The Road is a really immersive book that describes the journey of a father and its son on a post-apocalyptic world.
What happened in this world isn’t explained at any moment, but suffice to say that it’s really gray, full of ash and liveless.
Corman McCarthy does a really good job on creating detailed (but not that much) descriptions, which helps to transport the reader to the world he’s writing about.
One peculiarity of his writing is that he doesn’t add quotation marks when the characters are speaking. The edition of the book that I read added indentation on the characters’ dialogues, but I don’t know if it’s something that’s present in all editions. But anyway, the absence of quotation marks didn’t bother me that much. Maybe because the book that I read before this one was The Old Man And The Sea, which presents dialogues along with the rest of the text with no distinction at all.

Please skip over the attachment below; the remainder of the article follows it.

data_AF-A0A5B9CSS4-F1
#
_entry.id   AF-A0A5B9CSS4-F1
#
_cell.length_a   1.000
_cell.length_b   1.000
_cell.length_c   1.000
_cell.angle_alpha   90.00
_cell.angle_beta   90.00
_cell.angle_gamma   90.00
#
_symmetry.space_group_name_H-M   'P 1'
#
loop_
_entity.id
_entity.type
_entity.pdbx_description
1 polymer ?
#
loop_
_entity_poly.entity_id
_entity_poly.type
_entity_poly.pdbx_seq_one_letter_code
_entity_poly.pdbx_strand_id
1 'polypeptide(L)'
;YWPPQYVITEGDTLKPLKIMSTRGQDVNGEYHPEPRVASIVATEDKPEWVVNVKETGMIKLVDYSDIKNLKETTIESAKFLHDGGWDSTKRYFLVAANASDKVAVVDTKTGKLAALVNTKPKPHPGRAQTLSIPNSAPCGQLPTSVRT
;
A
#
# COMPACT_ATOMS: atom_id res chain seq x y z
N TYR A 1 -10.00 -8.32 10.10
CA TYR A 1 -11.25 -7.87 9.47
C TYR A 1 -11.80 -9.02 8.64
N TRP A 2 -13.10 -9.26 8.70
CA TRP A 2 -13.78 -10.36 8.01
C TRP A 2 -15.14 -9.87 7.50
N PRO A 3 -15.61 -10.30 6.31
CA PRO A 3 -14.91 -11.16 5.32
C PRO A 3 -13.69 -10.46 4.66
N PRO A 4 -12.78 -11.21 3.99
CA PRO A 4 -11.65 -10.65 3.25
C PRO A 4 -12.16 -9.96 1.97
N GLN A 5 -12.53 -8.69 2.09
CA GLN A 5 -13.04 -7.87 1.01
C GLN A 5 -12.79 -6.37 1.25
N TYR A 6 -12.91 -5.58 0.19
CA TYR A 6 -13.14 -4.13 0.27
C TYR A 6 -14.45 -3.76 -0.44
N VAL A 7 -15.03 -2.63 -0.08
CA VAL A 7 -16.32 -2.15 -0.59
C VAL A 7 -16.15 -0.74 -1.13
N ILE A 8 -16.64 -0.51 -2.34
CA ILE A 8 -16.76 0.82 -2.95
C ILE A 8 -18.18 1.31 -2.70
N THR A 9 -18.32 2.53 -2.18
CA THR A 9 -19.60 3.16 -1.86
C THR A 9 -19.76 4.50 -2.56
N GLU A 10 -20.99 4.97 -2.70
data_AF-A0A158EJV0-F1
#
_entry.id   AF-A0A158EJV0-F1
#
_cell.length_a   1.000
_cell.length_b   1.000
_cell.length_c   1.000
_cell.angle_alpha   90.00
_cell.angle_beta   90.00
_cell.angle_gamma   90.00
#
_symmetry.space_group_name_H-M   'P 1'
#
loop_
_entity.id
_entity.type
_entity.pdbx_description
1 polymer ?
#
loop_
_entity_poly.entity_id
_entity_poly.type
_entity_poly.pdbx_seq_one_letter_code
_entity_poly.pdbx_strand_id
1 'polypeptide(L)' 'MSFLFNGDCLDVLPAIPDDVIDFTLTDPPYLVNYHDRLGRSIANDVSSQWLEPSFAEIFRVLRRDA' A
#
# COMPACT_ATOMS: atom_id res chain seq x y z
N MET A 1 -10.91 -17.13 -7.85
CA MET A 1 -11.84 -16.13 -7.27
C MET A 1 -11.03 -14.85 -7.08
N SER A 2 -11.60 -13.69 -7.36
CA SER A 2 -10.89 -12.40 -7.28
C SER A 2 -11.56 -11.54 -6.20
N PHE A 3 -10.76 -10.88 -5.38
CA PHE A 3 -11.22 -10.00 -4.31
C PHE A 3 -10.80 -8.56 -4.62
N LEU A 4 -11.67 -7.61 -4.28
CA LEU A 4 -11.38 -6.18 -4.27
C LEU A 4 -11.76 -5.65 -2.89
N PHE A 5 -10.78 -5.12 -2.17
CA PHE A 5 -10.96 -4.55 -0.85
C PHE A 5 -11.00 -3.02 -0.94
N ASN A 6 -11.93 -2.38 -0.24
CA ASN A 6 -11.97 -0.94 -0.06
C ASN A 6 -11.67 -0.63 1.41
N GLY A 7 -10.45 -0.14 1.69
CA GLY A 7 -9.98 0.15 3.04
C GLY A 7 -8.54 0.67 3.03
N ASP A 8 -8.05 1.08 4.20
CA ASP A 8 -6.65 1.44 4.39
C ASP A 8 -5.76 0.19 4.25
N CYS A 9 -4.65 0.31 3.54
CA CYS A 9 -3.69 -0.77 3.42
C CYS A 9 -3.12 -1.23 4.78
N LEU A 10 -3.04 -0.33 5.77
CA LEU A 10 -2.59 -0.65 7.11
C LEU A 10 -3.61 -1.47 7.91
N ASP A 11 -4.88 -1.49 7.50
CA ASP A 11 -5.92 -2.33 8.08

About the story itself, it intercalates peaceful moments of father and son relationship with lots of tense survival incidents that they have to endure to thrive in the destroyed world that they live.
However, even on the peaceful moments, the dialogues between the father and the son are short, without many flourishes. I dare to say that they are really too succinct, for a father and son relationship. But, in a very tense world, where the end of your life may be on the next corner, the conversations are reduced to the bare necessary and all the energies are focused on trying to survive.
Despite all that, what really matters in the end is that the father and the son are “carrying the fire”, as the characters say many times, what I interpret as an analogy to keep believing, keep thriving. And that’s what matters, after all.